Muslim Death Row Inmate Wins a Stay of Execution After the State of Alabama Refused to Provide Him with an Imam
Jessica Green, Daily Mail, February 7, 2019
A Muslim man on death row won a last-minute stay of execution on Wednesday when a federal court ruled that his constitutional rights had been violated.
Domineque Ray, 42, who had been scheduled to die on Thursday for the rape and murder of 15-year-old Tiffany Harville in 1995, was granted the stay of execution after the state of Alabama refused to provide an imam to accompany him into the death chamber.
The U.S. Court of Appeals, headquartered in Atlanta, overturned a Montgomery federal judge’s denial of a stay last week.
‘The central constitutional problem here is that the state has regularly placed a Christian cleric in the execution room to minister to the needs of Christian inmates, but has refused to provide the same benefit to a devout Muslim and all other non-Christians,’ the judges said in their ruling.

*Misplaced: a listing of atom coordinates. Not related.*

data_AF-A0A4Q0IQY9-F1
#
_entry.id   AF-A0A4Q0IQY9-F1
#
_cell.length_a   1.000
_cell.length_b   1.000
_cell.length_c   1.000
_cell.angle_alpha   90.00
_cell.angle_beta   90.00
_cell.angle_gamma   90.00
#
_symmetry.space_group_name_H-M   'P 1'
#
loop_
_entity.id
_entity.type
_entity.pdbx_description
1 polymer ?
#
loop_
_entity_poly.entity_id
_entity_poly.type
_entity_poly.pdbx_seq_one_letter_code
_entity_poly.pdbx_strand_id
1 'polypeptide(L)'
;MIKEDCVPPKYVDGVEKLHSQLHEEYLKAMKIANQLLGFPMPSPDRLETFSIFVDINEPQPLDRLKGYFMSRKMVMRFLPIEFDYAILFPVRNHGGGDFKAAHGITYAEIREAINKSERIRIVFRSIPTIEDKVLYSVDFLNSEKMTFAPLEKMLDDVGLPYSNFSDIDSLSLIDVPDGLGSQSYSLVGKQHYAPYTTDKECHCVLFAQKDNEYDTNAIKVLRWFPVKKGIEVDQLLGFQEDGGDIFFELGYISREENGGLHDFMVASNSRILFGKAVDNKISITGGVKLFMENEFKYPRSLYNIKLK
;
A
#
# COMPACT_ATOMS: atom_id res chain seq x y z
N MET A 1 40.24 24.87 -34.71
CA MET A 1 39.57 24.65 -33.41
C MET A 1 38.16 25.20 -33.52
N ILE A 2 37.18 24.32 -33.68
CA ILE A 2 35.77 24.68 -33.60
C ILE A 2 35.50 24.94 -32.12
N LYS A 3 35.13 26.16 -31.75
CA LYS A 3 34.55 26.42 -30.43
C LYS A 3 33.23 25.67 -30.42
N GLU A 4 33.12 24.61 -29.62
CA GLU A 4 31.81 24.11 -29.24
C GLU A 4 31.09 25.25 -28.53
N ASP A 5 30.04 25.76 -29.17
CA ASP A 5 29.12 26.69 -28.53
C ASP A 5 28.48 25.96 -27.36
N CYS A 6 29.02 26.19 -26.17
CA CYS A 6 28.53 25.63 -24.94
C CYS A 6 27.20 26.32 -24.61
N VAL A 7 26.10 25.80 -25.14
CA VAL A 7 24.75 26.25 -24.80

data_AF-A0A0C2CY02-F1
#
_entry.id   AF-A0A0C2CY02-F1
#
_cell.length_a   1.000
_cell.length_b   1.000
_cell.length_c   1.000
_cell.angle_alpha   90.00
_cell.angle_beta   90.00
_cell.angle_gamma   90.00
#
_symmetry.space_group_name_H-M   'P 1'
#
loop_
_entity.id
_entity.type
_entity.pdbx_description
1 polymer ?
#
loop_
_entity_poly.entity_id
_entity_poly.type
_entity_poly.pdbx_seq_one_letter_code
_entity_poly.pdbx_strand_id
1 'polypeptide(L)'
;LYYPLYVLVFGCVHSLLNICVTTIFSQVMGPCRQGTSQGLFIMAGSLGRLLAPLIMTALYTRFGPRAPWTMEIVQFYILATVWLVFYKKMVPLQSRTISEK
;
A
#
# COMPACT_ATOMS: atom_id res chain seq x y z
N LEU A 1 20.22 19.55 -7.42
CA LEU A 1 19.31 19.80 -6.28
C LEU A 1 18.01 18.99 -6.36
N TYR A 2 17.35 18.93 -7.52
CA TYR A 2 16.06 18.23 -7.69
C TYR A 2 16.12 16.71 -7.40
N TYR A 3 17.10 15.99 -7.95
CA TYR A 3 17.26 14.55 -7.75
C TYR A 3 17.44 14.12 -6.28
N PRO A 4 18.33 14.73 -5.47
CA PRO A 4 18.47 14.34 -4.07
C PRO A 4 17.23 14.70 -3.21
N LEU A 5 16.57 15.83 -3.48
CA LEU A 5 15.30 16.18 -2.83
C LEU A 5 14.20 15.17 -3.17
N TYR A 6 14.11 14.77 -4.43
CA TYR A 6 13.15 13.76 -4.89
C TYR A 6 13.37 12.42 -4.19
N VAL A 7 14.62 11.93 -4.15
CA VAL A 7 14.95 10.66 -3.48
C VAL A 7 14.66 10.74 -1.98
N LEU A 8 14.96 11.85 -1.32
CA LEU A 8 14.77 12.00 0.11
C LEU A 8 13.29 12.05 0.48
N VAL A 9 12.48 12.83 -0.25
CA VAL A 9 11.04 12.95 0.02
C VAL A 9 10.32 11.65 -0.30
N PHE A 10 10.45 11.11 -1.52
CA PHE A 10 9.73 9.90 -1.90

The First Amendment forbids public authorities from favoring one religion over another, or from preventing the free practice of faith.
As his execution date approached, Ray, who converted to Islam while in prison, demanded the right to be escorted to the death chamber by an imam.
He objected to Alabama’s practice of allowing a Christian prison chaplain, who is a prison system employee, to stand near the inmate during the lethal injection and to pray with the inmate if the inmate requests it.
The conservative southern state allows a salaried prison chaplain into the execution chamber but only allows unauthorized spiritual guides to accompany a condemned prisoner to the door of the room.
Ray’s lawyers filed an emergency challenge to the ruling last week, but it was denied by a lower court, which argued that Alabama could not allow ‘the risk posed by allowing another cleric into the execution chamber.’
But the appeals court said that Alabama had presented no evidence of any such security risk, nor why it would be a problem to train an imam in prison protocol in time for the execution.
The state of Alabama announced after the ruling that it would take its case to the Supreme Court.